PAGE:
• Chair of Northern Parent Educators Network
• Northern Health Patient Experience Community Advisory Committee
• Face to Face Advisory Committee / Refugee Council of Australia and
• Victorian Refugee Health Network committee member.Her past experience includes:
• Committee member of the Northern Metropolitan Migrant Resource Centre that managed the Resource Centre staff.
• Whittlesea Domestic Violence Network Meeting, Northern Health Advisory Committee, and Whittlesea Arabic Speaking Women’s Association which enabled her to link these agencies to the programs and groups that she manage and I run on a weekly basis.
Furthermore Dalal is very committed hardworking person and very assertive to make changes to peoples lives. She also encourages them to participate in community events and activities. Dalal is able to understand women’s issues and also she looks for opportunities to encourage women’s leadership in helping them to find solutions to their own issues. The skills Dalal has she uses them to help people who are disadvantaged in the community e.g. women migrant and refugees.
Dalal also was able to produce a few publications throughout her work experience which are Perspective on New Arrival African Humanitarian Entrants in the City of Whittlesea in 2005. In 2002 Iraqi Community Profile and in 1997 What are the pending issues faced by the Iraqi Chaldean women’s in Australia.
Dalal received Refugee Recognition Awards from Victorian Multicultural Commission in 2006, an Excellence award from Victorian Multicultural Commission in 2010, an overall achievement for the Whittlesea Refugee Recognition Award in 2013 and was nominated for Australia Day Award City of Whittlesea.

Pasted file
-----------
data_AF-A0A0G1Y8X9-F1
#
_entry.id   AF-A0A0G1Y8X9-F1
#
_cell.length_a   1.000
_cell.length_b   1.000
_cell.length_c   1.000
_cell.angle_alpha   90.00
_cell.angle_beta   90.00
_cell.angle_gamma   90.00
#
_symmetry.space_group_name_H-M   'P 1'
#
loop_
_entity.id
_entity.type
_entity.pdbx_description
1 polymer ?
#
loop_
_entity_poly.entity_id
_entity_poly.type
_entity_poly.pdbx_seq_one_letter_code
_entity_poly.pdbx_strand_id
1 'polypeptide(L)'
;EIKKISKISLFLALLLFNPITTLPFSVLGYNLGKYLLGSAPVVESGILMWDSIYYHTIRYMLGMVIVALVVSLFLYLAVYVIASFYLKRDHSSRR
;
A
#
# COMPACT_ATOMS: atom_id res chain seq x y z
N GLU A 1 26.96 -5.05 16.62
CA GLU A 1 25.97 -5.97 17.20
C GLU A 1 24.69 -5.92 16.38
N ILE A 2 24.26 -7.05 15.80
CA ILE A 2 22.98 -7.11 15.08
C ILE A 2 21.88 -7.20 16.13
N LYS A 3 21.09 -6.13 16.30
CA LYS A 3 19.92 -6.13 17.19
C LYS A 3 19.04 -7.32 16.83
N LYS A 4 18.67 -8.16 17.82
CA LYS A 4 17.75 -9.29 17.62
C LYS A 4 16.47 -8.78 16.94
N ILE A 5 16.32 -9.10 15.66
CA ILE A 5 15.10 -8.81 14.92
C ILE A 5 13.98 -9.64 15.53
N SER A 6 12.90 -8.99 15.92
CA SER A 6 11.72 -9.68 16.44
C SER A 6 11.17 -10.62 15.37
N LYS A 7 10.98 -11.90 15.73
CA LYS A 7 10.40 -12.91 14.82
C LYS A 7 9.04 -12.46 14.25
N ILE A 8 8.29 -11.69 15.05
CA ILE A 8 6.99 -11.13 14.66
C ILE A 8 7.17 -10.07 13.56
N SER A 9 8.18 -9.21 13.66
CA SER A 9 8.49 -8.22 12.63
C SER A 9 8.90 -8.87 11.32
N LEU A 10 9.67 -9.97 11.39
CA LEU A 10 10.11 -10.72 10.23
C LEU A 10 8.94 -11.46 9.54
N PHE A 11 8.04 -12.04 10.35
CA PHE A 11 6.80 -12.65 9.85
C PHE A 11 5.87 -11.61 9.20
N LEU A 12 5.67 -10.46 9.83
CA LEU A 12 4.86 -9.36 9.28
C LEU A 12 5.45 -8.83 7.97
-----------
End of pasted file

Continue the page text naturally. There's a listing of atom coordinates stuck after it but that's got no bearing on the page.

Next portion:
Although she is officially known by her Christian name, Priscilla prefers to be called by her traditional Dinka name, Kuer- meaning ‘the way’. It was given to her as a reflection of the events surrounding her birth as she was born on the journey between Sudan and Kenya. Her family made the trek to Kenya for safety, fleeing the second Sudanese Civil War. Kuer spent her early years in Kakuma Refugee Camp before arriving in Australia in 2003 through the ‘Women at Risk’ program.
Growing up, Kuer never really questioned her surroundings, thinking it was the same reality for everyone else. Through growth and maturity, Kuer came to understand the abnormalities of her childhood and the consequences that brought her to Australia. Through it all, Kuer has developed a basic philosophy to make sense of the way she sees the world we live in. That philosophy is that as human beings we each have the responsibility to help others that are in situations of which they cannot help themselves or don’t have the ability to do so. It was through the mercy of God and the kindness of others that Kuer believes helped her and her family find safety.